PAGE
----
The moment's gone (a tribute to The Wedding Present)

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George Best


New Musical Express 10 October 1987

Wedding Present: just what we always wanted




George Best (Reception)

FONDUE SETS... his 'n' hers pillow cases... reproduction cake-stands... stereophonic pressure cookers... slug-ugly silver-plated cutlery... to the infallible rule that all Wedding Presents are both pitiably predictable and totally useless, our quartet of home-spun heroes are the only known exception. 'George Best' triumphantly confirms that unique standing, being both a surprise and a thing of beauty...
Two days after the first time I ever saw The Wedding Present my jaw was still dragging and bumping along on the pavement behind me. The fact that they played, rather than thrashed, at the finger-shredding velocity left me startled. That 'George Best' comes without a moment's respite from the sonic gale means I'm startled still. And yet, once you're used to the shock, and can hear past the surface clamour, you find both the surprise and the beauty...
The fact is, you see, that 'George Best' uncovers what was somehow hidden in the breakneck emotional blitzkreig of the WP's singles, namely that David Gedge is as good a lyricist as Britpop currently possesses. Here he's etched a dozen little lovescapes of sometime quite breathtaking realism, a world fuelled by desire, lust, paranoia, romance and bitterness, yet distinctlymore Dalston than Dallas, more Darlington than Dynasty. These are songs about fleeting eye-contacts, snatched and forever treasured, about drunken kisses and casual betrayals, about girls who walk home a different way each night to avoid the airhead wolf-whistles. Real situations, real feelings, real people, real love.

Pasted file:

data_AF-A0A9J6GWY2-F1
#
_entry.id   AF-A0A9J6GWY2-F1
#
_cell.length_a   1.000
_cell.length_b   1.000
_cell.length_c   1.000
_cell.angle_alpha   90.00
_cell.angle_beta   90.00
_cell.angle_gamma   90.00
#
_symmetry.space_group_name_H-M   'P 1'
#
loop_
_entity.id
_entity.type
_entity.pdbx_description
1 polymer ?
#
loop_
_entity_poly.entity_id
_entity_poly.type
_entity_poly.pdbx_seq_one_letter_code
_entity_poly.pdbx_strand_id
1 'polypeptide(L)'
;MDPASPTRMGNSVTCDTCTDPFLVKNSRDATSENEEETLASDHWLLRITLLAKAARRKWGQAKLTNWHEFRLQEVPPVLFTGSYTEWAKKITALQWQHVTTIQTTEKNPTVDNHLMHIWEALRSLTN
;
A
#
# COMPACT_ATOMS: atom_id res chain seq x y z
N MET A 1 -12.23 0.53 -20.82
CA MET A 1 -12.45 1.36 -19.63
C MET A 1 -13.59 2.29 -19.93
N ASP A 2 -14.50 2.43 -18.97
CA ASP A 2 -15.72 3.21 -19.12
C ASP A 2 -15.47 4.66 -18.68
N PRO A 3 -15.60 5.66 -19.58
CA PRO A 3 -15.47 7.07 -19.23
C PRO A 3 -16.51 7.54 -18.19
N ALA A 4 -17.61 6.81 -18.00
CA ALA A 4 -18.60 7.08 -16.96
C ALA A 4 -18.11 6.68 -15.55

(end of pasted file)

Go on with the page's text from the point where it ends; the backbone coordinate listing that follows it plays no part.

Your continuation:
And 'real' does not translate into 'ordinary' because Gedge (like Costello, Morrissey, Bragg and Ray Davies, at their respective best) uses language-in his case, conversational and undecorated-to transform the personal and the mundane into the universal and the deeply affecting. Take, for example, the shrugging, spiteful resignation of 'Don't give me that/'cos you were seen/everyone thinks he looks daft/but you can have your dream' ('Everyone Thinks He Looks Daft'); or the sickening sadness of 'slowly your beauty is eaten away/by the scent of someone else in the blankets where we lay' ('All This And More'); or the desperate chirpiness of 'Don't Be So Hard' where the endlessly repeated line 'you're not like anyone I've ever met' is eventually poisoned by the whispered outro of 'at least not yet...'. It's as simple as this; for every face of the hoary old love thang, David Gedge has a new, and revealing, coat of paint.

In the present pop climate, The Wedding Present have been almost insanely brave. By refusing to make their music any more listener-friendly, or their lyrics any more sugary sweet, they hurl themselves wilfully into the face of accepted pop wisdom and maybe sacrifice the chance of Thursday nights out with Mel, Kim, Pepsi, Shirley and all the rest. But, that fleshly prospect notwithstanding, I reckon their courage has been utterly vindicated; David Gedge stands exposed as a prototype genius-next-door, while 'George Best' is an unmitigated delight, the best British debut of the year, and the most remarkable contribution to humanity ever achieved by supporters of Leeds United!

Danny Kelly

©2005 Chester Severien (